NIH Research Festival
Tick salivary glands (SGs) secrete a complex saliva, assisting the blood feeding. Transcriptomic studies revealed salivary transcription profile switches at intervals, characterizing the phenomenon of "sialome switch". Here, using a transcriptomic approach, we explored the sialome of Ixodes scapularis adult female ticks fed on rabbits for different periods. Ticks were sorted in seven groups based on their weight. Groups categorized here represent the unfed, slow-feeding, and the rapid-feeding phases of tick feeding. Transcriptomic analysis showed dynamic expression with remarkable signatures for each phase, confirming the ‚Äúsialome switch‚Äù. As a SG is composed of different types of acini which differ both morphologically and functionally, we performed a transcriptome at the single-cell level as well and validated the ‚Äúsialome switch‚Äù. Interestingly, the analysis of scRNA-seq data revealed a substantial upregulation of mitochondrial genes in the fed groups, which can be attributed to the cellular hypertrophy observed when feeding progresses. A total of ten cellular clusters was observed and its distribution was influenced by the feeding. Notably, one cluster consisting of undifferentiated cells was found to be enriched in the SGs of unfed ticks. As feeding progresses, this cluster diminished, giving rise to different cell populations that expressed classical salivary genes. This cluster was identified as the trajectory root and the origin of all other clusters. Nuclei counting and PH3 staining indicated absence of cellular proliferation, supporting the idea that these undifferentiated cells differentiate into specialized cells when feeding starts. These findings offer a potential explanation for the plasticity observed in SG expression.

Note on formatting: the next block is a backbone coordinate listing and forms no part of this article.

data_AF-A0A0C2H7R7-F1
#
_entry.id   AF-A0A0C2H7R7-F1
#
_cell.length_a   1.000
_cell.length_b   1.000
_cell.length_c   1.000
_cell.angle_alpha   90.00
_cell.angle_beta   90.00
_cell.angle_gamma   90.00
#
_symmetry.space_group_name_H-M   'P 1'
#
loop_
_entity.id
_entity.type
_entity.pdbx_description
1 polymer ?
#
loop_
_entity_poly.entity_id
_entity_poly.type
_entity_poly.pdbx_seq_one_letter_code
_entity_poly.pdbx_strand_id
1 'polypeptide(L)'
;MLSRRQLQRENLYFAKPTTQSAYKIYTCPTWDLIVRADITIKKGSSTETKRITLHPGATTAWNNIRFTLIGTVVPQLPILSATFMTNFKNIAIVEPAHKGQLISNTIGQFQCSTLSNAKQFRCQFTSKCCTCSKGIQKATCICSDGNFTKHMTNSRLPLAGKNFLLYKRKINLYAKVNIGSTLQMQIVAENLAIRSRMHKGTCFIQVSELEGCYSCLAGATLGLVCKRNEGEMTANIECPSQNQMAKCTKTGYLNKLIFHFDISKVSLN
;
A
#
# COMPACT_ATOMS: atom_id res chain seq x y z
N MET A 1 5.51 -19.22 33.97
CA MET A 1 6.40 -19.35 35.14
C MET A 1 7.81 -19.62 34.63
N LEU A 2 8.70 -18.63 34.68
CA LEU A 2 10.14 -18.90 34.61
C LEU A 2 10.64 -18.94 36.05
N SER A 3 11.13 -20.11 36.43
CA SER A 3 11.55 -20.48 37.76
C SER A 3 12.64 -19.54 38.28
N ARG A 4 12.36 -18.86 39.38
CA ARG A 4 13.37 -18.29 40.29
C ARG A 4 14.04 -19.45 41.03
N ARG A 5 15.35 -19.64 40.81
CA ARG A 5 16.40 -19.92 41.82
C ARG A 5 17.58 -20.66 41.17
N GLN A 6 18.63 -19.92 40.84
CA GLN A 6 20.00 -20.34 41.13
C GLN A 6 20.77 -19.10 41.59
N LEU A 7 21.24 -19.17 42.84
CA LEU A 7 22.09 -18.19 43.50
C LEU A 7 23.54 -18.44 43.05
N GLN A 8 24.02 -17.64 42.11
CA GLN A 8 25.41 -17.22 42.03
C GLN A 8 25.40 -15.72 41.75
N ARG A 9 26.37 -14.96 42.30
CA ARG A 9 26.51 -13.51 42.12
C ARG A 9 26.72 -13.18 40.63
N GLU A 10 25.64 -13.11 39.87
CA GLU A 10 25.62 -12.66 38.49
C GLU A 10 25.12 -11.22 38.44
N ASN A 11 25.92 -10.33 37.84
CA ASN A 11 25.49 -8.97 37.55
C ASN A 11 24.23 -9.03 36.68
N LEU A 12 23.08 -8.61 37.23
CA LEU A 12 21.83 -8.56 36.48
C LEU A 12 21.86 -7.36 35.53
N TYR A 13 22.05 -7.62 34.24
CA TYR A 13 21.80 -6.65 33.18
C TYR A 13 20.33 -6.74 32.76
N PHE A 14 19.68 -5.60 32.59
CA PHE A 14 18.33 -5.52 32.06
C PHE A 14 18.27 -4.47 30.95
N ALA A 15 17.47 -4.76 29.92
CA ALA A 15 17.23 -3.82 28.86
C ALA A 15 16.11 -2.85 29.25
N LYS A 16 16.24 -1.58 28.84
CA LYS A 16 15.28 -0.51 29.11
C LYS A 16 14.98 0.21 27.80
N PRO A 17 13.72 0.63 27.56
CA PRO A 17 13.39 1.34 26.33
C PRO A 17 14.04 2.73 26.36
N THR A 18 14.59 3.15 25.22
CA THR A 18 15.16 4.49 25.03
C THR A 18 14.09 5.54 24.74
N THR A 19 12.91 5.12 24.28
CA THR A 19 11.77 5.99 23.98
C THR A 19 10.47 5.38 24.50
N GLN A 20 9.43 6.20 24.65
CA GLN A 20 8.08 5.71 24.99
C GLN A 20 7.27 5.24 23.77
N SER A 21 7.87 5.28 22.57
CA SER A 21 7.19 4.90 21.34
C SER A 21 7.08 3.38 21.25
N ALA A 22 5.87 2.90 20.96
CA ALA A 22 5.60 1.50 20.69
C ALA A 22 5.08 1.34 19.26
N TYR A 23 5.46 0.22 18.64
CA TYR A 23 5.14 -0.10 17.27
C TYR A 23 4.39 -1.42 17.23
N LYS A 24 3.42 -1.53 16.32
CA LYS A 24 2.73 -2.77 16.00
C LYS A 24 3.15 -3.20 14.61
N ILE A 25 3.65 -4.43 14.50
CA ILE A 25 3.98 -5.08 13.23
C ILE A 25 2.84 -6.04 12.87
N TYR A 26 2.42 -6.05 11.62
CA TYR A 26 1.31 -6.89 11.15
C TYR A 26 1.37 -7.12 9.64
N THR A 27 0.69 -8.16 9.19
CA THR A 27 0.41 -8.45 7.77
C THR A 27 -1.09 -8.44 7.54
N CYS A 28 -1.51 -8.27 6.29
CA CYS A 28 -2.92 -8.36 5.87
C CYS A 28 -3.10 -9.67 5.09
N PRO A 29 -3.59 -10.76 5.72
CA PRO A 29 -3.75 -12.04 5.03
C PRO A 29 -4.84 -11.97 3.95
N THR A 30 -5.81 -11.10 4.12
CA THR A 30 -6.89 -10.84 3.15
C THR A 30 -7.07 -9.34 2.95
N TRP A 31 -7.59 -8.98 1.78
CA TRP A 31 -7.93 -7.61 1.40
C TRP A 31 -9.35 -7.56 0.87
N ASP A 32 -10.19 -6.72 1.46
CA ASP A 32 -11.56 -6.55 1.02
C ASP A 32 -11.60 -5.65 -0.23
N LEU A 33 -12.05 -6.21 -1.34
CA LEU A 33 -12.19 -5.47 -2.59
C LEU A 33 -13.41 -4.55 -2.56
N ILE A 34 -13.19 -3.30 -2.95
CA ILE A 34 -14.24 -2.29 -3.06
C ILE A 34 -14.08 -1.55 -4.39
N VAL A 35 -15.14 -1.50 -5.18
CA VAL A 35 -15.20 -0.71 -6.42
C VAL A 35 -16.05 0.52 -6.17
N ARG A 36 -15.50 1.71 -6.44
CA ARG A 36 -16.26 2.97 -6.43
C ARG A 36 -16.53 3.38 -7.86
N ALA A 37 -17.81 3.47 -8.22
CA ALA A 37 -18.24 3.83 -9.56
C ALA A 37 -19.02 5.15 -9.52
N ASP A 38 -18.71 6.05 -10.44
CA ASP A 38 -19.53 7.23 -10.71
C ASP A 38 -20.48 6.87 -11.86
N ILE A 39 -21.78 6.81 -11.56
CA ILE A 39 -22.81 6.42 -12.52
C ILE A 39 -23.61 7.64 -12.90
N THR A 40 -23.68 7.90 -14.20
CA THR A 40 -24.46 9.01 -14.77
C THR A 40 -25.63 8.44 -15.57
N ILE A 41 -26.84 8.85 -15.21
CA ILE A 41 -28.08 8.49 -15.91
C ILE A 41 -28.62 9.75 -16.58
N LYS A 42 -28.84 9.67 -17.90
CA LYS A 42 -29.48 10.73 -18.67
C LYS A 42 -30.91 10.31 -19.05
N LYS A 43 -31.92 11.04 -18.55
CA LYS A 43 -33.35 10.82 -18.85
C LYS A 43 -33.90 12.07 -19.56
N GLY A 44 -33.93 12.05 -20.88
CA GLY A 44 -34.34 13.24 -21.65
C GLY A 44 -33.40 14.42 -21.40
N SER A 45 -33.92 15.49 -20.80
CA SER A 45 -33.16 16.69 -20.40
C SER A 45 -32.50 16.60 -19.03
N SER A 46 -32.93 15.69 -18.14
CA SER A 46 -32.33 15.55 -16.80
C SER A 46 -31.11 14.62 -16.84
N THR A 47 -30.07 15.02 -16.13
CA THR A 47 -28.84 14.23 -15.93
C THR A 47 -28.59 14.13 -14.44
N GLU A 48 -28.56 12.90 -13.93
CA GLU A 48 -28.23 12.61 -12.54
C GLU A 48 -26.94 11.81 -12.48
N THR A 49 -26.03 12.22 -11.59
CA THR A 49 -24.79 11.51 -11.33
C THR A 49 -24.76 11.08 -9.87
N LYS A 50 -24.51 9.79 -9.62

Scientific Focus Area: Cell Biology
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